JAN 13, 2020 MICHAEL ZHANGShare
In an effort to combat misinformation and fake news, Instagram recently rolled out a new feature that flags fake photos. But now some photographers are wondering whether the system is going too far and making it harder to share and view certain types of photography.
San Francisco-based photographer Toby Harriman was scrolling through his main Instagram feed a few days ago when he saw the “False Information” warning pop up for the first time.
After clicking through the overlay hiding the post, Harriman found that it was simply a photo of a man standing on rainbow-colored mountains.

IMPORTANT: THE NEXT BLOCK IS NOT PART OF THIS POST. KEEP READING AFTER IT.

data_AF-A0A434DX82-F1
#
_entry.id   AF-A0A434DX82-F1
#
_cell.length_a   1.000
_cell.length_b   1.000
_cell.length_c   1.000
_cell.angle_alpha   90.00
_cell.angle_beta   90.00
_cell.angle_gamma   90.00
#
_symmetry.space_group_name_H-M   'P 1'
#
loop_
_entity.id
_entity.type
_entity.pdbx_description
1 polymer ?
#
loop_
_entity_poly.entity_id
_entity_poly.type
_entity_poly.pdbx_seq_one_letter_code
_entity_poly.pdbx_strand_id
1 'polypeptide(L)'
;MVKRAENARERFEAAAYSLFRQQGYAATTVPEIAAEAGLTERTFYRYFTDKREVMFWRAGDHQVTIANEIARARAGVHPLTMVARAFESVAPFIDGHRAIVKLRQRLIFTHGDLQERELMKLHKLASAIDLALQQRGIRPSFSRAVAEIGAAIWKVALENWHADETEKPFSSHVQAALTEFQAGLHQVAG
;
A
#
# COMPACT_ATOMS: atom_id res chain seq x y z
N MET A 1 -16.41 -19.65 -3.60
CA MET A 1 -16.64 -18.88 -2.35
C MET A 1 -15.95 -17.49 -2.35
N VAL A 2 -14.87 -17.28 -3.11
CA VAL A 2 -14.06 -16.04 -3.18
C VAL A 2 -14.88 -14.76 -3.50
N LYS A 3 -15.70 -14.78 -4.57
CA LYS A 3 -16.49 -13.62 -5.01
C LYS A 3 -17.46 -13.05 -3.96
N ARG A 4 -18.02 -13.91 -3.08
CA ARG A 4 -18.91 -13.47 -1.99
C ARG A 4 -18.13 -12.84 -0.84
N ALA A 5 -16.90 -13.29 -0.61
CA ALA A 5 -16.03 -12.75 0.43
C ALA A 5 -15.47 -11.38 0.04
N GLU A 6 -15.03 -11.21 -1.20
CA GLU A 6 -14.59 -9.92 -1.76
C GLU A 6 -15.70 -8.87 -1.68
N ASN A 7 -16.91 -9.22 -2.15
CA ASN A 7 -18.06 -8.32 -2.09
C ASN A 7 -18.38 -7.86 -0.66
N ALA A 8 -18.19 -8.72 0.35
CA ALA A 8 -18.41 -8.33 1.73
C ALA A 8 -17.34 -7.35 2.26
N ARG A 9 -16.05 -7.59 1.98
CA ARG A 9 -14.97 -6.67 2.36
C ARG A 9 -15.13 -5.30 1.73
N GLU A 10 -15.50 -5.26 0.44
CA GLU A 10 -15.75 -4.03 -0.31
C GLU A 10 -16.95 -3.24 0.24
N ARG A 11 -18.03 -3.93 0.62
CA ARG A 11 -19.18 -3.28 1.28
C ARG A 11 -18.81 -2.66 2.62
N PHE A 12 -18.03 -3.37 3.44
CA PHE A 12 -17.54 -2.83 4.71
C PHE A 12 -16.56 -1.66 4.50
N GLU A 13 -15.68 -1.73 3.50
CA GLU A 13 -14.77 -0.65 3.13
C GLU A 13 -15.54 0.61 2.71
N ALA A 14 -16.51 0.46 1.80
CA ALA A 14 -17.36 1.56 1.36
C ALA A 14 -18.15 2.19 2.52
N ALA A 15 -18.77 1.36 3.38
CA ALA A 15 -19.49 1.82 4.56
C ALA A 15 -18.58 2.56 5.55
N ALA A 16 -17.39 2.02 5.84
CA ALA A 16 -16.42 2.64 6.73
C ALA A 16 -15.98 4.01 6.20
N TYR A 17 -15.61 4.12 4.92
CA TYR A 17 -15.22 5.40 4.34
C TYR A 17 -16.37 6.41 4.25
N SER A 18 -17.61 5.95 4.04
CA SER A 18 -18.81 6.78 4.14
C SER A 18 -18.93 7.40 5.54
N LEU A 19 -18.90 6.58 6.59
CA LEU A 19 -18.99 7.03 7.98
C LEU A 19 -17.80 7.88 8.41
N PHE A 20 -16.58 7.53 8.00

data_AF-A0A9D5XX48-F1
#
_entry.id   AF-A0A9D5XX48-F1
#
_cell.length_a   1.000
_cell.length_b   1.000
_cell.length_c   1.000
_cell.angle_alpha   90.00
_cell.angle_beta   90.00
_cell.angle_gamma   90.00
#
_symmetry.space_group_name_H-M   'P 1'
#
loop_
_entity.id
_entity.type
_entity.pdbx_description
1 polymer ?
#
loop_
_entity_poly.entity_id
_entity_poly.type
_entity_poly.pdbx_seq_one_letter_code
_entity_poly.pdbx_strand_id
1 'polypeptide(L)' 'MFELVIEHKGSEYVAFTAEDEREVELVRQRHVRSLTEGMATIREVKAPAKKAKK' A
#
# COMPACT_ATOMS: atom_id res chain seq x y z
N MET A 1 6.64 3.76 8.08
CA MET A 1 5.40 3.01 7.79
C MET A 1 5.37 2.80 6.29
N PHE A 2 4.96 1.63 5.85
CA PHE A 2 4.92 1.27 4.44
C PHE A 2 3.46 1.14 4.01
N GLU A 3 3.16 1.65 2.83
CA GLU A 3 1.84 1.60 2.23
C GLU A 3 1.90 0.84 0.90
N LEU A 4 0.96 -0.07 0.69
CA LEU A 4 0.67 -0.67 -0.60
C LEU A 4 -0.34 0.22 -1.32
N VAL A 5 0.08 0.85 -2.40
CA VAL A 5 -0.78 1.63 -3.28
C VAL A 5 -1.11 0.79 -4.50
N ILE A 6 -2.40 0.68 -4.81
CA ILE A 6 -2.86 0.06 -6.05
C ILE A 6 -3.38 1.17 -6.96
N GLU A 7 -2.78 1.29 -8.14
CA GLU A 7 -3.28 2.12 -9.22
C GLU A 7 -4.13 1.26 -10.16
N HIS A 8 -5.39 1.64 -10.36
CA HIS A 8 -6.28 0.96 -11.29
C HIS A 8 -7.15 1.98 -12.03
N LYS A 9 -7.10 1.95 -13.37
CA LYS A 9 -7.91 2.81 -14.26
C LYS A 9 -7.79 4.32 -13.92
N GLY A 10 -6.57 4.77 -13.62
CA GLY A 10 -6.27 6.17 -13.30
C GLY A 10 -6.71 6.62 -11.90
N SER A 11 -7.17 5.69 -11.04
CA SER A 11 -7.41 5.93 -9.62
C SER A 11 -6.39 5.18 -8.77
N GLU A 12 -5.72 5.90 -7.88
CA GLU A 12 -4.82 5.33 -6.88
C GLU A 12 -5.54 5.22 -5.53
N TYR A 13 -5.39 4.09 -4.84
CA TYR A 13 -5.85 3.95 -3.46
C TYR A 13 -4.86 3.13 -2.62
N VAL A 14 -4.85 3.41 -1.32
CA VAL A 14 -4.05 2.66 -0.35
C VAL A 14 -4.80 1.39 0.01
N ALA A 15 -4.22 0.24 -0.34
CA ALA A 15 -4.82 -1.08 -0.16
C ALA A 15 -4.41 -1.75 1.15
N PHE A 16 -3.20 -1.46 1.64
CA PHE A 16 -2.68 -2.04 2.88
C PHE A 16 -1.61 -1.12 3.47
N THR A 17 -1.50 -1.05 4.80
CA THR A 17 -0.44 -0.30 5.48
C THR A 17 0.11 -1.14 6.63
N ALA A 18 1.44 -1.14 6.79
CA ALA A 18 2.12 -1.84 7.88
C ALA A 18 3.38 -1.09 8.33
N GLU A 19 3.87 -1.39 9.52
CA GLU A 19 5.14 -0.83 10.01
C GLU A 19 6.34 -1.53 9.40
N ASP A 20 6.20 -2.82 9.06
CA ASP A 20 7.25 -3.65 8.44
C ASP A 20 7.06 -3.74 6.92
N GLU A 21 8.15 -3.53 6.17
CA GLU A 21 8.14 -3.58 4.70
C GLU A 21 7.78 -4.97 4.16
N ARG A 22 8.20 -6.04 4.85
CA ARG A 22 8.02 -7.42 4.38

“Looks like Instagram x Facebook will start tagging false photos/digital art,” Harriman writes.
Instagram has said that the system uses “a combination of feedback from our community and technology” to identify which photos to pass onto third-party independent fact-checkers. If those fact-checkers determine that a photo is fake, it’s hidden behind a warning message before anyone can view it.
What’s more, “fake” photos are also removed from Explore and Hashtag pages and automatically flagged in future posts.
“Interesting to see this and curious if it’s a bit too far,” Harriman continues. “As much as I do love it to help better associate real vs Photoshop. I also have a huge respect for digital art and don’t want to have to click through barriers to see it.”
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